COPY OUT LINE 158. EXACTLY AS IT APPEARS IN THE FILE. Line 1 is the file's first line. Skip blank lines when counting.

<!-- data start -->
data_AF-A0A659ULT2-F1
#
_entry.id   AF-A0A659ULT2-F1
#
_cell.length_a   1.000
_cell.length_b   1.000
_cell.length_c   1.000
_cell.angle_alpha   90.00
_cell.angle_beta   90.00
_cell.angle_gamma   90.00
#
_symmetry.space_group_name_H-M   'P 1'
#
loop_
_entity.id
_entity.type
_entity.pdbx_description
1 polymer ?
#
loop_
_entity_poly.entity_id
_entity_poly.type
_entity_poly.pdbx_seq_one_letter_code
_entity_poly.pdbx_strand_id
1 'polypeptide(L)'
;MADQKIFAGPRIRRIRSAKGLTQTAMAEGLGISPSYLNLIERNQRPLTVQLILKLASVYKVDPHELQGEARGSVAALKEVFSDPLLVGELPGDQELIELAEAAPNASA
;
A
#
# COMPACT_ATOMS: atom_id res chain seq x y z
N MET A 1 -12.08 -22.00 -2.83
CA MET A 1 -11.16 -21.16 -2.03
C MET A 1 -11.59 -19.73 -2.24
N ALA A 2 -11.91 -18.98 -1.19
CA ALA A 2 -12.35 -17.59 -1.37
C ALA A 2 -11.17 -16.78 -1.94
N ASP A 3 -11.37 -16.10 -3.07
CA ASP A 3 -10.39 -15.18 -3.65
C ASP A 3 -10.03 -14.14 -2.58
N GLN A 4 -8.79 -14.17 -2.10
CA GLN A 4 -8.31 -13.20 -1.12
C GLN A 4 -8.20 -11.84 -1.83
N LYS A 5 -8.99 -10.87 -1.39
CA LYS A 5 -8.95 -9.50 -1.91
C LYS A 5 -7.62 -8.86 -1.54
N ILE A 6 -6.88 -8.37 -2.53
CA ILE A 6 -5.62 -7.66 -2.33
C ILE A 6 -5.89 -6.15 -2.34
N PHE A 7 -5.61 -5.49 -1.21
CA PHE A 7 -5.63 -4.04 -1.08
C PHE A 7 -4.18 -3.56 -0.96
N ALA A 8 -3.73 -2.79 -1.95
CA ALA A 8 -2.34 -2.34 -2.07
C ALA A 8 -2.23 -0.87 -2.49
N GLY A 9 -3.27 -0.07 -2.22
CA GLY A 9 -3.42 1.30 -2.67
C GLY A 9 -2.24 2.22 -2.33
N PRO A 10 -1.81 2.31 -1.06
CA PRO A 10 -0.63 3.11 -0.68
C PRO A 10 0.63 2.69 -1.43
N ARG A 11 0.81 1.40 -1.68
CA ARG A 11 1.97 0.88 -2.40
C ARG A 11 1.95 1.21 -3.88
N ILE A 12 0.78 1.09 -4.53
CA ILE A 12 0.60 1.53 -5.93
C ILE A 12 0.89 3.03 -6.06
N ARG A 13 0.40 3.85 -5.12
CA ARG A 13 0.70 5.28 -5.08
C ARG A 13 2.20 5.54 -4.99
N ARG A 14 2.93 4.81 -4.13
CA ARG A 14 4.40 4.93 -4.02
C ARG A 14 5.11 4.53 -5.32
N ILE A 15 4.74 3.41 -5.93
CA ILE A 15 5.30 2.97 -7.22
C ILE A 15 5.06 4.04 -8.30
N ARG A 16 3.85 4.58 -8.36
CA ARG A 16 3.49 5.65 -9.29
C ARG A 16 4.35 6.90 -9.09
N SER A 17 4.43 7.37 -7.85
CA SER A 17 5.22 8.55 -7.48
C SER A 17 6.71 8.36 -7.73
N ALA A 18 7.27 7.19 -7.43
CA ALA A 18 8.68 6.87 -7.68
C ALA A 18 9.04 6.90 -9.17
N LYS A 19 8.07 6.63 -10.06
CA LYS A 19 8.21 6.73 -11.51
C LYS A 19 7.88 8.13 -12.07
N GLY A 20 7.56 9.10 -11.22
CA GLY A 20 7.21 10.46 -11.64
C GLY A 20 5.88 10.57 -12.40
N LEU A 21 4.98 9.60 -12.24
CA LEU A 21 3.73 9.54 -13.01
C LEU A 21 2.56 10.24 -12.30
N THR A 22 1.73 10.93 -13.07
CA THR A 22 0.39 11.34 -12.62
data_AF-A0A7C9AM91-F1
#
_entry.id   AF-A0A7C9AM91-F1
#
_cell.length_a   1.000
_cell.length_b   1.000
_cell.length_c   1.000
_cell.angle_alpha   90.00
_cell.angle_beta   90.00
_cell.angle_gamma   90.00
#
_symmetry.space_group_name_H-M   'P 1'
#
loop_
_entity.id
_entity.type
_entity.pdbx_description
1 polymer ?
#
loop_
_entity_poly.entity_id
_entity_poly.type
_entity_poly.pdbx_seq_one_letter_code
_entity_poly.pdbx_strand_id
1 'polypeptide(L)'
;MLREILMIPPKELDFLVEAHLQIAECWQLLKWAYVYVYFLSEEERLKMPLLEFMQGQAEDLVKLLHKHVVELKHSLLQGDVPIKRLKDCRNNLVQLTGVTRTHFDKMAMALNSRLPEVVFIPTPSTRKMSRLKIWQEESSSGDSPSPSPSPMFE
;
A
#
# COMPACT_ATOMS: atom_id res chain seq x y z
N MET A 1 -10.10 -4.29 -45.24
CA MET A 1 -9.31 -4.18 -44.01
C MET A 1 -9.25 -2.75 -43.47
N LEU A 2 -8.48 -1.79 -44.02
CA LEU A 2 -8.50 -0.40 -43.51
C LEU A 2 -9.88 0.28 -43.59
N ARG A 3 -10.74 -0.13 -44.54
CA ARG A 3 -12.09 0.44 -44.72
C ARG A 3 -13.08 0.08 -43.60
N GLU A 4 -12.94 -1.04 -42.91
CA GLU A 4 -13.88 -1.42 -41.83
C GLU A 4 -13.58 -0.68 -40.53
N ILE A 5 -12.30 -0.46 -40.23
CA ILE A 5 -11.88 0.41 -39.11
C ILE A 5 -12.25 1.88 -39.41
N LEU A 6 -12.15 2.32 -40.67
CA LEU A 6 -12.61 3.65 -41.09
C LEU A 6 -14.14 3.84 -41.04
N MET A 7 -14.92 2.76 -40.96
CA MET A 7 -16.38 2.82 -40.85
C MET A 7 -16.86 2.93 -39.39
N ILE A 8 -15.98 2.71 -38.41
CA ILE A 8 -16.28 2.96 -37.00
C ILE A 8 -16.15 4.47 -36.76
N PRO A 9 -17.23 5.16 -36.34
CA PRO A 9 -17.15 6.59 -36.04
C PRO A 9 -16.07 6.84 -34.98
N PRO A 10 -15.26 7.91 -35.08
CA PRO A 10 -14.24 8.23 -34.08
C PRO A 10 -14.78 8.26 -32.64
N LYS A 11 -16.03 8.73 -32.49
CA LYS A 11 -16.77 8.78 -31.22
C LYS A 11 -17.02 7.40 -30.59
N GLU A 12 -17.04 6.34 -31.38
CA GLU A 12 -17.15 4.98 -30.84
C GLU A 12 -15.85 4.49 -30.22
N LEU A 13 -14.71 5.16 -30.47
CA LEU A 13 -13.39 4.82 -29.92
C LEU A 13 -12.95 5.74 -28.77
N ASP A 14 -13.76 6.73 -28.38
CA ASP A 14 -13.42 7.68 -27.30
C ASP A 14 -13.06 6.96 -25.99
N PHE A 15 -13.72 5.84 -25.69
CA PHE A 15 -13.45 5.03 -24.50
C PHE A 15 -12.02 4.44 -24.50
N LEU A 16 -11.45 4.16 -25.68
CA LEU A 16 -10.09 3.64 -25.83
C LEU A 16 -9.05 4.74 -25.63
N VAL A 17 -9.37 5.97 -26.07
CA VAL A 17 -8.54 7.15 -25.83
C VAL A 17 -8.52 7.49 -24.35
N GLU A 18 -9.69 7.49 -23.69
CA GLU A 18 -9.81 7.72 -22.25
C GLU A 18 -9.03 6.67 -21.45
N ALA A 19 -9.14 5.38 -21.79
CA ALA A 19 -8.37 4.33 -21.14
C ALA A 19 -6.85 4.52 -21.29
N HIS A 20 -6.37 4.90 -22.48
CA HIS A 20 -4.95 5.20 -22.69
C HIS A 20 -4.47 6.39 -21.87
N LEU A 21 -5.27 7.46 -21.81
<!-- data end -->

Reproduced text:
C LYS A 11 -17.02 7.40 -30.59